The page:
Valetudo

Cloud-free control webinterface for vacuum robots

View the Project on GitHub Hypfer/Valetudo

General

Newcomer Guide Early 2021 Supported Robots Capabilities Overview Rooting instructions Upgrading

Installation

Roborock OTA Viomi

Companion Apps

Valeronoi Lovelace Valetudo Map Card I can't belive it's not Valetudo node-red-contrib-valetudo Fun & Games Other Noteworthy Projects

Integrations

MQTT Home Assistant Node-RED openHAB

Misc

FAQ Frequently requested features Troubleshooting

Development

Building and Modifying Valetudo Valetudo core concepts MQTT

Knowledge Base

Supported Roborock Devices Supported Viomi Devices Supported Dreame Devices

Building and Modifying Valetudo

These are instructions for quickly setting up an environment where you can build and modify Valetudo according to your needs.

It shows a complete setup from scratch, on a freshly installed Ubuntu 18.04 system.

Your mileage may vary if you’re using a different OS, or if you start from a different setup. However, it should be rather easy to understand the steps, and to adapt them to your situation.

1. Install prerequisites

Install git and npm:

sudo apt install git npm

2. Clone the repository

cd ~
git clone https://github.com/Hypfer/Valetudo.git

3. Install dependencies

cd Valetudo
npm install

4. Create default configuration by running valetudo

npm run start:dev --workspace=backend
CTRL + C

On first launch, Valetudo will generate a default config file at the location set in the VALETUDO_CONFIG_PATH environment variable and automatically shut down, because it won’t be able to autodetect the robot it is running on.

The start:dev script chooses ./local/valetudo_config.json, relative to the root of the project, as the config location.

You need to edit the newly created file in order to be able to talk with your robot from your dev host:

{
  "embedded": false,
  "robot": {
    "implementation": "RoborockS5ValetudoRobot",
    "implementationSpecificConfig": {
      "ip": "192.168.xxx.robotIp",
      "deviceId": 12345678,
      "cloudSecret": "aBcdEfgh",
      "localSecret": "123456788989074560w34aaffasf",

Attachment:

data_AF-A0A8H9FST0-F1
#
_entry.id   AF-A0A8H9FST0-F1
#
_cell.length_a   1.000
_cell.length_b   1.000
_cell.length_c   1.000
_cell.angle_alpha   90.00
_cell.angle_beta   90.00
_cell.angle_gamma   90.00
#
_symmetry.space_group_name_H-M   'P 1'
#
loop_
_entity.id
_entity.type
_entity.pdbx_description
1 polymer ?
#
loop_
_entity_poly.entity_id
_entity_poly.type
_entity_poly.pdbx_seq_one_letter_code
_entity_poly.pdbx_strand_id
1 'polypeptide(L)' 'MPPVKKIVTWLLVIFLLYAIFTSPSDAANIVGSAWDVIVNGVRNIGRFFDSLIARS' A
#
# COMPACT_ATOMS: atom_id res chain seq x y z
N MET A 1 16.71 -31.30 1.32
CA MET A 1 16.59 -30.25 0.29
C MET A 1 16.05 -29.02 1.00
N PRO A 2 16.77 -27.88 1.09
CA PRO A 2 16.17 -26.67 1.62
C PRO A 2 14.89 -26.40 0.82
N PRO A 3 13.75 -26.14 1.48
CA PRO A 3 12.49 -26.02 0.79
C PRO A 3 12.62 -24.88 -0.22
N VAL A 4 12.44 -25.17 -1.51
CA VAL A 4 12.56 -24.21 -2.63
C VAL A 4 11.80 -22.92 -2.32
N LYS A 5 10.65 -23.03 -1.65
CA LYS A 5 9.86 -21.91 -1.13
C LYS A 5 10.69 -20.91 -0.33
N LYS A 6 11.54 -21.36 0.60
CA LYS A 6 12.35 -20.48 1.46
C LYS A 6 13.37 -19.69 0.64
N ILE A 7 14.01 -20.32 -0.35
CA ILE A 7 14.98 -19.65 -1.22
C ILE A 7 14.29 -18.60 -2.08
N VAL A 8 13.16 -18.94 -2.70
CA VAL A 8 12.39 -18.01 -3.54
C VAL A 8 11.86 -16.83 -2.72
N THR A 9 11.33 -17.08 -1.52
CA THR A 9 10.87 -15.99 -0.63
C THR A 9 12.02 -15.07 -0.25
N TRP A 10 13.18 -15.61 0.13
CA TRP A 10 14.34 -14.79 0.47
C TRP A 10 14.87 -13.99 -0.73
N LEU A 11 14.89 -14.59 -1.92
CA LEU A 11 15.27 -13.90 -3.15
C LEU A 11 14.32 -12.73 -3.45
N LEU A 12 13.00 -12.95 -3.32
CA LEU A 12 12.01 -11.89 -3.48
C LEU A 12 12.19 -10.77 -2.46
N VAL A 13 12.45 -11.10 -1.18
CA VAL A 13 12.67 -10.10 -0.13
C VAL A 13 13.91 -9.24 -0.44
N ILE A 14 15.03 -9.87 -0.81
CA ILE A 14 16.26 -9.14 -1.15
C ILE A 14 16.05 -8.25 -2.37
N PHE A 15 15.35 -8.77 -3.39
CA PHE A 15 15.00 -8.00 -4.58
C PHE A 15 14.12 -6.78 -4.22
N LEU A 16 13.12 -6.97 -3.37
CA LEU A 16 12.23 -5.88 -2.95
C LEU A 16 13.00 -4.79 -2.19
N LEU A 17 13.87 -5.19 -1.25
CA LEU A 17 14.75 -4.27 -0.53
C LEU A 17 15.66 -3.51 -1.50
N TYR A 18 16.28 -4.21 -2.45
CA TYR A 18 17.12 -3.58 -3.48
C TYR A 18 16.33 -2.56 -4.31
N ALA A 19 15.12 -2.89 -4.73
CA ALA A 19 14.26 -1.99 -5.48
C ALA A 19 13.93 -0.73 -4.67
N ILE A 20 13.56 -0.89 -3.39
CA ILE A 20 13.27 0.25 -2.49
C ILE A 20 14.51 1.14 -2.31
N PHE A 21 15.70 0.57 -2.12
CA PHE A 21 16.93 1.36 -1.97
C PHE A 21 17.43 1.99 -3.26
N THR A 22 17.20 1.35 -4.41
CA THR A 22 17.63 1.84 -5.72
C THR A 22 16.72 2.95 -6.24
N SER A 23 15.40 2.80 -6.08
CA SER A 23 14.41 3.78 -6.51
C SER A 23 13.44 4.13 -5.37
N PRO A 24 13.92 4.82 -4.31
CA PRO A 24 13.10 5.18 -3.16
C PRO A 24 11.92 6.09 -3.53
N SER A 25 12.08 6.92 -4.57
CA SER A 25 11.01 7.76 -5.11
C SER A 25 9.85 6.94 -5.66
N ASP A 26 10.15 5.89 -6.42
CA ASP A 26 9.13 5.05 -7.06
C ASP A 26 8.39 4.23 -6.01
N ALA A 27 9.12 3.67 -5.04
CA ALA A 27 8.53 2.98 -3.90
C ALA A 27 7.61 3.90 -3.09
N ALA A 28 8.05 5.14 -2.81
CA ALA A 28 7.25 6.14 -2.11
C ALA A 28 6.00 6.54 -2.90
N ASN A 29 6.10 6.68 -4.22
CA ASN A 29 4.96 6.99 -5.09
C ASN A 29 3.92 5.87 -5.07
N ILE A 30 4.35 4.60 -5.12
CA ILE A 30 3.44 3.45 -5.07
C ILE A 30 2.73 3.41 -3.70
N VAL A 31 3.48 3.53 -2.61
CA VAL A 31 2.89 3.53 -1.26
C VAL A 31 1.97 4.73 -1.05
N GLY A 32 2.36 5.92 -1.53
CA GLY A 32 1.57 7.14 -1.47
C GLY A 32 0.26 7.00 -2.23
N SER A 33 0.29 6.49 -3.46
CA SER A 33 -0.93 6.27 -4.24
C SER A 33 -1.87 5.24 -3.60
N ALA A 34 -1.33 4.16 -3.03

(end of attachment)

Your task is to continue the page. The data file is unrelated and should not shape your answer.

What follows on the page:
"mapUploadUrlPrefix": "http://192.168.xxx.valetudoIp:8079"
    }
  }
}

Setting embedded to false disables all functionality that assumes that Valetudo runs on the robot such as some file-system related things.

For a list of possible values for implementation consult the robot implementations in https://github.com/Hypfer/Valetudo/tree/master/lib/robots. Valetudo is also capable of running without a real robot. The MockRobot implementation provides a virtual robot that has a few basic capabilities. It requires no further implementation specific configuration.

The config key robot specifies the ValetudoRobot implementation Valetudo should use as well as some implementation-specific configuration parameters. When running on the robot itself, these are usually detected automatically.

Vendor Config Key Robot Location Robot Key
Roborock valetudo.conf /mnt/data/valetudo/valetudo_config.json  
  deviceId /mnt/default/device.conf did
  cloudSecret /mnt/default/device.conf key
  localSecret /mnt/data/miio/device.token  
Viomi valetudo.conf /mnt/data/valetudo/config.json  
  deviceId /etc/miio/device.conf did
  cloudSecret /etc/miio/device.conf key
  localSecret /etc/miio/device.token  
Dreame valetudo.conf /data/valetudo_config.json  
  deviceId /data/config/miio/device.conf did
  cloudSecret /data/config/miio/device.conf key
  localSecret /data/config/miio/device.token  

Since deviceId and cloudSecret are static, you’ll only need to do that once. Note that localSecret might change when you’re switching wireless networks etc.

It’s possible to specify both secrets as either hex or a regular string.

Please note that Valetudo will replace the configuration with a default one if it fails to parse it correctly.

The logfile is also configured via an environment variable: VALETUDO_LOG_PATH and defaults to os.tmpdir() if unset.
To just use stdout in your dev setup, you’ll need

VALETUDO_LOG_PATH=/dev/null for linux/osx and

VALETUDO_LOG_PATH=\\\\.\\NUL for windows hosts.
That’s four backslash dot two backslash NUL if it’s not displayed correctly due to escaping issues.

5. Verify configuration and run

npm run start:dev --workspace=backend

If your configuration is correct, Valetudo should now be working on your development host.

6. Enable dummycloud connection

The dummycloud is implemented by Valetudo, but the robot needs to connect to it. To enable this mode (which is required for many of the functionalities such as map uploading):

  1. Install Valetudo on the robot (if you haven’t done so already)
  2. ssh root@vacuum, then stop Valetudo.
  3. Edit the valetudo.conf on the robot and point robot.implementationSpecificConfig.dummycloudIp to your local development host. This will instruct the Valetudo process on the robot to tell the miio_client app that it should try to connect to your development host instead.
  4. reboot

7. Code!

Modify the source code according to your needs, and restart the server as needed – you can always run it as:

npm run start:dev --workspace=backend

8. Build and install on the device

When you’re done with your modifications, here’s how to build the executable for the robot:

npm run build

The output file valetudo is a binary file that you can copy to the device:

scp ./build/armv7/valetudo root@vacuum:/usr/local/bin/

Once you’re that far, you hopefully don’t need any further advice.